6. Washes, post-shading, pencils, and makeup style Tamiya weathering all gave good results over the alclad.  I got the effect I wanted, a veteran bird with many sorties and quick turnaround between sorties.  I tried not to overdo the weathering.

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  • Member since
    November 2018
Posted by oldermodelguy on Monday, November 20, 2023 5:48 AM

IMO it looks great ! Congrats !

  • Member since
    June 2023
Posted by burrito king on Tuesday, November 21, 2023 10:21 AM

Hi oldermodelguy, thanks for the compliment! I will never match the level of detail and precision I see in the other builds here. But I am trying to find a good balance between decent build quality, my limited skills, and limited time and budget. I think my next NMF will be a P-47. I am looking forward to applying some of the lessons I learned with this P-38.

Just maybe this thread might ecourage other newbies to try regular alclad. It's not as difficult as it seems when reading other threads and articles. Just try it, and be ready to learn from mistakes and make adjustments. And be ready to accept less than perfect results ;)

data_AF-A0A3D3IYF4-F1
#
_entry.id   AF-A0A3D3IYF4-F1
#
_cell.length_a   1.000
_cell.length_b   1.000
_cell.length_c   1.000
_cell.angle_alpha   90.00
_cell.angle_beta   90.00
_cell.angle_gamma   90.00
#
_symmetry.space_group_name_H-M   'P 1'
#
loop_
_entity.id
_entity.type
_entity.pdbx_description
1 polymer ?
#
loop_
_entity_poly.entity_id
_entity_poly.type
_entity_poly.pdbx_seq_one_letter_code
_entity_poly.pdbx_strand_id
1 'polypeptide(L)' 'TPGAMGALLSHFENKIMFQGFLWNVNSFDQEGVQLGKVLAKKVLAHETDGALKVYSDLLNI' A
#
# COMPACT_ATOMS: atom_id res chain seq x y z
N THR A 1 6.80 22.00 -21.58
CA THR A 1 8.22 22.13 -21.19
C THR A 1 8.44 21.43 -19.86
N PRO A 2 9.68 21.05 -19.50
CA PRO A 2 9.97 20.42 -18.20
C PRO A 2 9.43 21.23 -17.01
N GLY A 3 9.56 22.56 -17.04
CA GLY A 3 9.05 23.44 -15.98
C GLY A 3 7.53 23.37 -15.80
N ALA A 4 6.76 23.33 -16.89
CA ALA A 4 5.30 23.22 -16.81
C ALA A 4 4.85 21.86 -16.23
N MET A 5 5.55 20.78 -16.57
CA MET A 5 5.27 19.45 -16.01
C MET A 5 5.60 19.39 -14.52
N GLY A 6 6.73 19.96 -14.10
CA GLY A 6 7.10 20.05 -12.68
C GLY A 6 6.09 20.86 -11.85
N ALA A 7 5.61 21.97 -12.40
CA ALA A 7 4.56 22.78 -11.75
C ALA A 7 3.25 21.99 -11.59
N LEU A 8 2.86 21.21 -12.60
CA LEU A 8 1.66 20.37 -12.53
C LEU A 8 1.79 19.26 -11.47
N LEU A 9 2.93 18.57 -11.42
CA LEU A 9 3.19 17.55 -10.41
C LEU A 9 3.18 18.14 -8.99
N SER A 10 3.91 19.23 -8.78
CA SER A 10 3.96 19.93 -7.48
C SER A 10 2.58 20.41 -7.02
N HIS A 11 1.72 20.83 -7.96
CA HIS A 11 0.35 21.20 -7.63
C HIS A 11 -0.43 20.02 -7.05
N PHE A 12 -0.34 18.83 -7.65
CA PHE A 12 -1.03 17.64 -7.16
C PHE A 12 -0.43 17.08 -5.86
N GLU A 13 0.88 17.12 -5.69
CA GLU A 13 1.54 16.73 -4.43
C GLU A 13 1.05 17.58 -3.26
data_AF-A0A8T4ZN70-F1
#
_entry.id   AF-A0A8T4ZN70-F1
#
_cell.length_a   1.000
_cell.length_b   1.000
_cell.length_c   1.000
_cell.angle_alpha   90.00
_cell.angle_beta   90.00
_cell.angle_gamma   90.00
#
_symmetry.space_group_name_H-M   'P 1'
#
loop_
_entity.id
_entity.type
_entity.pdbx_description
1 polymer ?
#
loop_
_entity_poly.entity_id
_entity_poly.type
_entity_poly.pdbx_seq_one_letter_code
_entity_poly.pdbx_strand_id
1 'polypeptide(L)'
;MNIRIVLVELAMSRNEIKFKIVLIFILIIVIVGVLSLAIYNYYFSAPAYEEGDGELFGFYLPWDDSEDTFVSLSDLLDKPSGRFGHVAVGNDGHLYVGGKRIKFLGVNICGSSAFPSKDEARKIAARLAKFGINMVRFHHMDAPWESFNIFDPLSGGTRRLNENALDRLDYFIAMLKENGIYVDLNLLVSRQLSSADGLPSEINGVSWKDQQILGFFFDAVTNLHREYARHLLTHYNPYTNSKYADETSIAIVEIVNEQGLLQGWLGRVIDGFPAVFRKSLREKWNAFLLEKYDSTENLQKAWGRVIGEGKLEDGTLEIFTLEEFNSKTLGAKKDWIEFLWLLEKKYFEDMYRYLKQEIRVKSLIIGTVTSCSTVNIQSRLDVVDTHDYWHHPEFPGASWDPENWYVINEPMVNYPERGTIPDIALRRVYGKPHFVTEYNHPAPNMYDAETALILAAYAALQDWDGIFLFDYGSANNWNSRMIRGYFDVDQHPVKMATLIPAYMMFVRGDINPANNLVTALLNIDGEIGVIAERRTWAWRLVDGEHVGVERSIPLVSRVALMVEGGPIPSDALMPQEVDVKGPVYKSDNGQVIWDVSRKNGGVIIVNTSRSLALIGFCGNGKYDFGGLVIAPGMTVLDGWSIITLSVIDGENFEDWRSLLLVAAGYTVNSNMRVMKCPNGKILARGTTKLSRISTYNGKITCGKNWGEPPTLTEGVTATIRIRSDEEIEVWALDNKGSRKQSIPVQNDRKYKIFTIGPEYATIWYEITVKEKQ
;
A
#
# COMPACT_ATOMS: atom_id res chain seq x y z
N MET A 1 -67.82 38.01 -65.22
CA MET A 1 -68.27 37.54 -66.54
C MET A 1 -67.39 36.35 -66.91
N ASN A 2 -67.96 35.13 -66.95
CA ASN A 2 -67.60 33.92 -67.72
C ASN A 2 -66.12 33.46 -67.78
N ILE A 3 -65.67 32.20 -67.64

On deck I have a 1/48 F-105D from Revell with raised panel lines. Nothing special about this build, just standard SEA camo. So I don't plan on starting a thread with this one. Maybe if I find a good way to deal with the raised panel lines.

Take care, and thanks again for looking.

  • Member since
    April 2020
Posted by Eaglecash867 on Tuesday, November 21, 2023 10:42 AM

I was involved recently in a restoration project on a 1:1 Hawker Sea Fury, and I have to say that you pretty much nailed the bare aluminum "workhorse" look with your Lightning.  Nice work!

"You can have my illegal fireworks when you pry them from my cold, dead fingers...which are...over there somewhere."

  • Member since
    November 2018
Posted by oldermodelguy on Tuesday, November 21, 2023 3:47 PM

burrito king

Hi oldermodelguy, thanks for the compliment! I will never match the level of detail and precision I see in the other builds here. But I am trying to find a good balance between decent build quality, my limited skills, and limited time and budget. I think my next NMF will be a P-47. I am looking forward to applying some of the lessons I learned with this P-38.

Just maybe this thread might ecourage other newbies to try regular alclad. It's not as difficult as it seems when reading other threads and articles. Just try it, and be ready to learn from mistakes and make adjustments. And be ready to accept less than perfect results ;)